TOPS to Pop Off
Ex-Silly Kissers Prepare North American Debut
For TOPS, a new name is more than a fresh paintjob.
You probably haven’t heard of them before, though the Montreal band has actually been around for a few years now—thye had just called themselves the Silly Kissers.
Undergoing a slight lineup readjustment, they’re sporting a brand-new sound as well, moving from light pop to heavy, nostalgia-infused tracks.
TOPS—who have been compared in various press to Ariel Pink and Fleetwood Mac—are up-and-coming once again the local scene. With an album set to be released at the end of the month, as well as a performance at this year’s South by Southwest music festival in Austin, TX, the indie-darling sound seems set to grow.
Lead singer and keyboardist Jane Penny brought us up to speed on the band’s evolution from a church bazaar in the Plateau.
After admiring the wares, it wasn’t long before the earring affectionado was talking about the upcoming release of TOPS’ first album, Tender Opposites, coming out Feb. 28 on Arbutus Records.
“It’s all TOPS,” she confirmed when asked if any of the music from Silly Kissers had been carried forward to this new project.
Penny said she saw the album as a document of everything the band have done so far: the shows they’ve played, the places they’ve visited, and the parties they’ve attended.
“It’s a nice mix of classic instrumentation and more of a modern sound,” said Penny, explaining that the album mixes personal reflection with a fantastical “heaven narrative.”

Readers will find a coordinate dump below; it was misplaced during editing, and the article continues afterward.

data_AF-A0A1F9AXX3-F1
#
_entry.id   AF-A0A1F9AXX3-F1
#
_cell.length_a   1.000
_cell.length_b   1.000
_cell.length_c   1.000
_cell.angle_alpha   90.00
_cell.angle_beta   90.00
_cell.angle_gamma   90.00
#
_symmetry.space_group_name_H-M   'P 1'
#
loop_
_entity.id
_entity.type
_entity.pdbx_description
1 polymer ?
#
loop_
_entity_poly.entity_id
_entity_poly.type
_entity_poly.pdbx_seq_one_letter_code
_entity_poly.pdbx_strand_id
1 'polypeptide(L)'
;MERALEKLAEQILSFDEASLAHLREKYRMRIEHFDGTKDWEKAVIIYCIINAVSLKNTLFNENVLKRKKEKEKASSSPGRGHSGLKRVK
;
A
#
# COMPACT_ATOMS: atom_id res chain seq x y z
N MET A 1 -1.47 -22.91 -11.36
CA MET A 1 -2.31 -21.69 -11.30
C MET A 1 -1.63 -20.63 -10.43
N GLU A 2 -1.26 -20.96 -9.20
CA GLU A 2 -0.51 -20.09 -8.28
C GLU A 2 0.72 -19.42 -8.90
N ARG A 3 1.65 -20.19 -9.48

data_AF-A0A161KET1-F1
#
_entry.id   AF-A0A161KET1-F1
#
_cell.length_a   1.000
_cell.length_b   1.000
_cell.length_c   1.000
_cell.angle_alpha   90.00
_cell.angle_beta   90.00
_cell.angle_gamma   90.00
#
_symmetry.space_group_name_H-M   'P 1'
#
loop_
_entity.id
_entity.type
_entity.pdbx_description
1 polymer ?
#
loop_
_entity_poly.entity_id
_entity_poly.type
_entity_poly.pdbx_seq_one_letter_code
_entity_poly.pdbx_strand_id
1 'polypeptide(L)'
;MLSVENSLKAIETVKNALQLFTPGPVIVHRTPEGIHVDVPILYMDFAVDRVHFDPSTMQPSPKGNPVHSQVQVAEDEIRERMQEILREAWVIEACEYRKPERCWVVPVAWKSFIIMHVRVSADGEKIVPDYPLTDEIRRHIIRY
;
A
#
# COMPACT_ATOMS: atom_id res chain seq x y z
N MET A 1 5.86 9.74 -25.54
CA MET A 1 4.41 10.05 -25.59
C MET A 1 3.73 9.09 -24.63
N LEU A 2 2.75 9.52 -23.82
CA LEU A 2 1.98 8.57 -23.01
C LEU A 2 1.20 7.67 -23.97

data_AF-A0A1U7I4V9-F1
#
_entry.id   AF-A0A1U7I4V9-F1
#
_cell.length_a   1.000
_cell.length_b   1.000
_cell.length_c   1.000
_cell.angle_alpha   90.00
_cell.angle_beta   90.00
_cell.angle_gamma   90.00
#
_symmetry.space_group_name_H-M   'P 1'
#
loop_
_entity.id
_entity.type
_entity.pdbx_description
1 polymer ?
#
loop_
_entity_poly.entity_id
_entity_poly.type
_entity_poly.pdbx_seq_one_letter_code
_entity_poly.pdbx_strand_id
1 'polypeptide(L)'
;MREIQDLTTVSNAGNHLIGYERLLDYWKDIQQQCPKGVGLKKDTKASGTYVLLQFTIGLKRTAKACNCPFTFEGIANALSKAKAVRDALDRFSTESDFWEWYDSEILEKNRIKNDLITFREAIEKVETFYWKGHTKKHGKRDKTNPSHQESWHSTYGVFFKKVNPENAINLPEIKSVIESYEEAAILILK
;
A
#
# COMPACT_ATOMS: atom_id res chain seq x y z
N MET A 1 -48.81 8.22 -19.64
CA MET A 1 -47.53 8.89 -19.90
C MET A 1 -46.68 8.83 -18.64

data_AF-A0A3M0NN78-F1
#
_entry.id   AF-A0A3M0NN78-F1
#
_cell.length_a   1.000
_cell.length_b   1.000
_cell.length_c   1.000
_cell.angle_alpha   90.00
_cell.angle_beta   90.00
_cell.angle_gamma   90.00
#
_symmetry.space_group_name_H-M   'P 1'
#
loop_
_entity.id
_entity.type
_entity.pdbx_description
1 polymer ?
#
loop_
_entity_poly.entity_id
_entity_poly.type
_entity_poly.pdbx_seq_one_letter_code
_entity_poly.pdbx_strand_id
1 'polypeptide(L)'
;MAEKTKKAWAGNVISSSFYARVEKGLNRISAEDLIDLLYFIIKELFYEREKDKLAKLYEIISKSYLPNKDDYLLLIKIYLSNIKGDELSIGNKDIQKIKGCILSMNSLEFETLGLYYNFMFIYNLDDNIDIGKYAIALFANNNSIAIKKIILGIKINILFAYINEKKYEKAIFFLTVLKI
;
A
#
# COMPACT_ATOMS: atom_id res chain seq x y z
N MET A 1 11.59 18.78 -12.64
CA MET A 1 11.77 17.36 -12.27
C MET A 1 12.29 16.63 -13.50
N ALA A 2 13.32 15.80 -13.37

Tender Opposites was recorded and mixed by TOPS at the Montreal institution that is La Brique, a warehouse-cum-music space in the Mile End. The mastering process was put in the hands of Seb Cowan, who, in addition to running Arbutus, also happens to be a music engineer.
One of the reasons La Brique, which doubles as a live venue, has survived for so many years is that it’s firmly embedded in an industrial patch of the city, surrounded by empty warehouses not much different from itself.
Concert spaces in more populated areas are often not so lucky in Montreal, which has a nasty habit of shutting down its most promising local playing spaces, in a weird game of cultural whack-a-mole between the city and the scene.
“It’s a constant struggle,” said Penny. “Every time a place gets shut down, a new one opens.” One venue that has managed to continue operating throughout the years is Il Motore, which will be hosting TOPS’ album launch party on March 1st.
Besides the album release and the upcoming party, Penny was also excited for her first tour with TOPS. The roadtrip will take them down the east coast into Austin, Texas for SXSW, followed by a steady climb north up the west coast.
The Prairie kids came to Montreal to pursue music after experiencing a lack of interest and audience. “Montreal is a great place to start because people are interested in new music and are loyal to local acts.”
TOPS (w/ Mac DeMarco and Steve JR) / Mar. 1 / Il Motore (179 Jean Talon St. W.)